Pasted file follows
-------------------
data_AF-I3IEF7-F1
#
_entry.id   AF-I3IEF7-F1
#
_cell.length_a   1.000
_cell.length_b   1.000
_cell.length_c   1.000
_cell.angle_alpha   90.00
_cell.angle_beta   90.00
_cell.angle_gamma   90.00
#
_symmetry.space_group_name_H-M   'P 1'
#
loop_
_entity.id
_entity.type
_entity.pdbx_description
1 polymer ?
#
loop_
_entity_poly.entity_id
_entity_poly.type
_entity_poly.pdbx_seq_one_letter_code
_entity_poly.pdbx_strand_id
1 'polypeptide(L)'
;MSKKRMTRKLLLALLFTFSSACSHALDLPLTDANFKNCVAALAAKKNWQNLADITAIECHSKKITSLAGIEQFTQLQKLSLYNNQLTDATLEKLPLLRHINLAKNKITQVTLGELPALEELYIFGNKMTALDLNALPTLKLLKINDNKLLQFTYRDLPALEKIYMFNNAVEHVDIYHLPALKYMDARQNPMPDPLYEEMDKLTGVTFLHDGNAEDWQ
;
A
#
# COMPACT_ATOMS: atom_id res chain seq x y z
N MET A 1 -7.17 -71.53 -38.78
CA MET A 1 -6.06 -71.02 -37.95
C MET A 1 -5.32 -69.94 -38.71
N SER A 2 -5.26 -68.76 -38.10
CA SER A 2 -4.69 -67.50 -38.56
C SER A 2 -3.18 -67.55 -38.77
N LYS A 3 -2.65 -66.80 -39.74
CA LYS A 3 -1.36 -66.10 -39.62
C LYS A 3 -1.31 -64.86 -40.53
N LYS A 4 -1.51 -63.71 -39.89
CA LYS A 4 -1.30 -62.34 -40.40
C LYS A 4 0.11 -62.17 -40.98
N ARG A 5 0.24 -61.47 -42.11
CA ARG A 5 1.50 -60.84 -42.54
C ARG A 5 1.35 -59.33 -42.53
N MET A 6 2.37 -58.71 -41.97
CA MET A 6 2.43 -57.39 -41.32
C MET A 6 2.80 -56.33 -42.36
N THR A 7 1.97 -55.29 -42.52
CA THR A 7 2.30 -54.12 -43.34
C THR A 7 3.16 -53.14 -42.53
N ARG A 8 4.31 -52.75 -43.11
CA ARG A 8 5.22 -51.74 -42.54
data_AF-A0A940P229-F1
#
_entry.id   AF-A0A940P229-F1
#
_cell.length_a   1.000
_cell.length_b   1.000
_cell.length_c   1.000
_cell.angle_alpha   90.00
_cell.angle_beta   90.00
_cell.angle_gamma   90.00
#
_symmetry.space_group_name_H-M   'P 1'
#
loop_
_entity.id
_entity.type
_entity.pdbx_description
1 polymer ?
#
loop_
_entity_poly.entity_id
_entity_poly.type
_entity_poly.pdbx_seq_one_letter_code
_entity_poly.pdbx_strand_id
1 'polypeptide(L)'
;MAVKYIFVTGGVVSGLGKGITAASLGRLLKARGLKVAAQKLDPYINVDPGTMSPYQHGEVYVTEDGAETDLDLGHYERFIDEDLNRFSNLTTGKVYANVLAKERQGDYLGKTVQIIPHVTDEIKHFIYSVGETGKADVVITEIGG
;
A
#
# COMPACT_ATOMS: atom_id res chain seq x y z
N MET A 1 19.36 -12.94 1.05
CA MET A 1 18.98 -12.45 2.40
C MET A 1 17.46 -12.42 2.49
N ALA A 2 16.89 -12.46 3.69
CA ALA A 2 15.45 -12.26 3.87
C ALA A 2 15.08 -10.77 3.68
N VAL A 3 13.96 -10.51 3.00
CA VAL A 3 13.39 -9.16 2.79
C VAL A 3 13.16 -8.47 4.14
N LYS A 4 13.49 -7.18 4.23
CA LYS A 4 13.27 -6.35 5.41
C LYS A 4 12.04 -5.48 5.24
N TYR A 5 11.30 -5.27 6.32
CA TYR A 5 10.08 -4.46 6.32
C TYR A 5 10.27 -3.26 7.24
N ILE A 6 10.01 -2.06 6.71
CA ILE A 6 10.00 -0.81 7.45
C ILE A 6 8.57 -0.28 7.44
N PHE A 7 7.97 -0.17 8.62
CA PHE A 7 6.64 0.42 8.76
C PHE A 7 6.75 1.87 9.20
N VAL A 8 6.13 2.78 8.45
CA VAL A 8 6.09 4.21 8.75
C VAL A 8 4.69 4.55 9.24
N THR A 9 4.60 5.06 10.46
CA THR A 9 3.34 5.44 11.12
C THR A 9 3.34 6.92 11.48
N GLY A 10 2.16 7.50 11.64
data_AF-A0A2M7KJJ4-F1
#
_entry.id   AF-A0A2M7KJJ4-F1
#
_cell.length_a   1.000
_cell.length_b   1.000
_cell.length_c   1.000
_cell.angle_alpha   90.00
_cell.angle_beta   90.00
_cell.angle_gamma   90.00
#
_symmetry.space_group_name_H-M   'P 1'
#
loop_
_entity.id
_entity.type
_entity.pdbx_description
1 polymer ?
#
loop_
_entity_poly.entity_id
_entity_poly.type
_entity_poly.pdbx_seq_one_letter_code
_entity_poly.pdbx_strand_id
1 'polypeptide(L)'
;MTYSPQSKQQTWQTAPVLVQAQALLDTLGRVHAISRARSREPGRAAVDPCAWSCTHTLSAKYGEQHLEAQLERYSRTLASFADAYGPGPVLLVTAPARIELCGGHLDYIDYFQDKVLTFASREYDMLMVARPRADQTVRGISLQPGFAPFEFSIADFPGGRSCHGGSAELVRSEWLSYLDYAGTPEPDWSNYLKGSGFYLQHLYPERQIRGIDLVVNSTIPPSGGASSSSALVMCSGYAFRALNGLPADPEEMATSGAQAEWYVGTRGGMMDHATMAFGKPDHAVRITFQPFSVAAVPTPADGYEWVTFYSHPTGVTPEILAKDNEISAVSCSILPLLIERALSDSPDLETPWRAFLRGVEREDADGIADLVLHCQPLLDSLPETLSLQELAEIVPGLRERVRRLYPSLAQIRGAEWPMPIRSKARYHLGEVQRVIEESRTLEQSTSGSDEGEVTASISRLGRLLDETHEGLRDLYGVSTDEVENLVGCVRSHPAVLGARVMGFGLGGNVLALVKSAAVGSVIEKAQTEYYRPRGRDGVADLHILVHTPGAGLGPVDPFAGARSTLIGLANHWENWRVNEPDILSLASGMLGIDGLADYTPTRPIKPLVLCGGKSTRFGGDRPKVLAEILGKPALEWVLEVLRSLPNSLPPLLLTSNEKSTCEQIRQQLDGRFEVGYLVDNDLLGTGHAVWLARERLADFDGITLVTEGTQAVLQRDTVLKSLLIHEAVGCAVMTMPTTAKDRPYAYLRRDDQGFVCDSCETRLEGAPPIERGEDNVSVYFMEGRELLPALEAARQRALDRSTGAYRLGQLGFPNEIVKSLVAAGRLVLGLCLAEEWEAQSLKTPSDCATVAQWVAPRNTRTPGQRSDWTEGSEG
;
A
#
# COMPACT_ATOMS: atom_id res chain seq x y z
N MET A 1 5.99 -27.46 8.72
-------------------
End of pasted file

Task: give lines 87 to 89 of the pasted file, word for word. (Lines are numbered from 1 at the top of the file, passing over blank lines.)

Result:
N ALA A 2 16.89 -12.46 3.69
CA ALA A 2 15.45 -12.26 3.87
C ALA A 2 15.08 -10.77 3.68